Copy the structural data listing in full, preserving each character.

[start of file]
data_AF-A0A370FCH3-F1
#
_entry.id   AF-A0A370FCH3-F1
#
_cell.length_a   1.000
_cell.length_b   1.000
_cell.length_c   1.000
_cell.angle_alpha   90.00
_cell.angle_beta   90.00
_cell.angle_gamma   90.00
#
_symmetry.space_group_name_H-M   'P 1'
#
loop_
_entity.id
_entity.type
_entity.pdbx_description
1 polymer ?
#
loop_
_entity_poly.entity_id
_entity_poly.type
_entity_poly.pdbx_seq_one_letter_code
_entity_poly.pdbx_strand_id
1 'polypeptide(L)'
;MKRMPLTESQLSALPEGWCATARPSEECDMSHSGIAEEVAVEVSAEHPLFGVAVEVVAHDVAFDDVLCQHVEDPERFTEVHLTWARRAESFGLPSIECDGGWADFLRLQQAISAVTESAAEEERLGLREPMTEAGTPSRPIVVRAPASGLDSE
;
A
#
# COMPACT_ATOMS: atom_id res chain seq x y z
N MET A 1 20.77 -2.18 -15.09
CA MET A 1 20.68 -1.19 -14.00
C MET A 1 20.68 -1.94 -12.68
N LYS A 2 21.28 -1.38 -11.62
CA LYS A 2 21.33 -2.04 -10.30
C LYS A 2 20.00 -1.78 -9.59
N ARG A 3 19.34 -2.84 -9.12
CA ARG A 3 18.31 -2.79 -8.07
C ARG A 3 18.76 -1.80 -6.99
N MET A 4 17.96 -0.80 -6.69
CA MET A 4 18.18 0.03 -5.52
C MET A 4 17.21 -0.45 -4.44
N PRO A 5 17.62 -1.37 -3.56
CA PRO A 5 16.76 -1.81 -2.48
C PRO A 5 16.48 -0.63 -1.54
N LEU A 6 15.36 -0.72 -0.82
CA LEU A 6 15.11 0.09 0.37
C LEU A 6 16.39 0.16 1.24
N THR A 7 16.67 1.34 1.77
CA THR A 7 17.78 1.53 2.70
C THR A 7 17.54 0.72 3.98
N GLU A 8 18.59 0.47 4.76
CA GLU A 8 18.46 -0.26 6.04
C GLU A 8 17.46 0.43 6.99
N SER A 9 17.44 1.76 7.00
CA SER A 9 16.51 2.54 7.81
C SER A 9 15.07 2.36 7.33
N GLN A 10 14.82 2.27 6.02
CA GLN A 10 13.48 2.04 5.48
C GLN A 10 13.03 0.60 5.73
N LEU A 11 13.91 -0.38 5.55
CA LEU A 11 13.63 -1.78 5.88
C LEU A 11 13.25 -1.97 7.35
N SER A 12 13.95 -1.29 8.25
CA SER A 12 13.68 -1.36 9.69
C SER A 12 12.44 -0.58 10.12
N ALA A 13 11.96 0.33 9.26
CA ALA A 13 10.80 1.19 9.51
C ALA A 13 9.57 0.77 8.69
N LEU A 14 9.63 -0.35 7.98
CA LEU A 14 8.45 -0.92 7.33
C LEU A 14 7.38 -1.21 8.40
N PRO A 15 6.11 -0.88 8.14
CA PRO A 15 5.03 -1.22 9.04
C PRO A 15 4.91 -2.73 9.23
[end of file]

data_AF-A0A370FCH3-F1
#
_entry.id   AF-A0A370FCH3-F1
#
_cell.length_a   1.000
_cell.length_b   1.000
_cell.length_c   1.000
_cell.angle_alpha   90.00
_cell.angle_beta   90.00
_cell.angle_gamma   90.00
#
_symmetry.space_group_name_H-M   'P 1'
#
loop_
_entity.id
_entity.type
_entity.pdbx_description
1 polymer ?
#
loop_
_entity_poly.entity_id
_entity_poly.type
_entity_poly.pdbx_seq_one_letter_code
_entity_poly.pdbx_strand_id
1 'polypeptide(L)'
;MKRMPLTESQLSALPEGWCATARPSEECDMSHSGIAEEVAVEVSAEHPLFGVAVEVVAHDVAFDDVLCQHVEDPERFTEVHLTWARRAESFGLPSIECDGGWADFLRLQQAISAVTESAAEEERLGLREPMTEAGTPSRPIVVRAPASGLDSE
;
A
#
# COMPACT_ATOMS: atom_id res chain seq x y z
N MET A 1 20.77 -2.18 -15.09
CA MET A 1 20.68 -1.19 -14.00
C MET A 1 20.68 -1.94 -12.68
N LYS A 2 21.28 -1.38 -11.62
CA LYS A 2 21.33 -2.04 -10.30
C LYS A 2 20.00 -1.78 -9.59
N ARG A 3 19.34 -2.84 -9.12
CA ARG A 3 18.31 -2.79 -8.07
C ARG A 3 18.76 -1.80 -6.99
N MET A 4 17.96 -0.80 -6.69
CA MET A 4 18.18 0.03 -5.52
C MET A 4 17.21 -0.45 -4.44
N PRO A 5 17.62 -1.37 -3.56
CA PRO A 5 16.76 -1.81 -2.48
C PRO A 5 16.48 -0.63 -1.54
N LEU A 6 15.36 -0.72 -0.82
CA LEU A 6 15.11 0.09 0.37
C LEU A 6 16.39 0.16 1.24
N THR A 7 16.67 1.34 1.77
CA THR A 7 17.78 1.53 2.70
C THR A 7 17.54 0.72 3.98
N GLU A 8 18.59 0.47 4.76
CA GLU A 8 18.46 -0.26 6.04
C GLU A 8 17.46 0.43 6.99
N SER A 9 17.44 1.76 7.00
CA SER A 9 16.51 2.54 7.81
C SER A 9 15.07 2.36 7.33
N GLN A 10 14.82 2.27 6.02
CA GLN A 10 13.48 2.04 5.48
C GLN A 10 13.03 0.60 5.73
N LEU A 11 13.91 -0.38 5.55
CA LEU A 11 13.63 -1.78 5.88
C LEU A 11 13.25 -1.97 7.35
N SER A 12 13.95 -1.29 8.25
CA SER A 12 13.68 -1.36 9.69
C SER A 12 12.44 -0.58 10.12
N ALA A 13 11.96 0.33 9.26
CA ALA A 13 10.80 1.19 9.51
C ALA A 13 9.57 0.77 8.69
N LEU A 14 9.63 -0.35 7.98
CA LEU A 14 8.45 -0.92 7.33
C LEU A 14 7.38 -1.21 8.40
N PRO A 15 6.11 -0.88 8.14
CA PRO A 15 5.03 -1.22 9.04
C PRO A 15 4.91 -2.73 9.23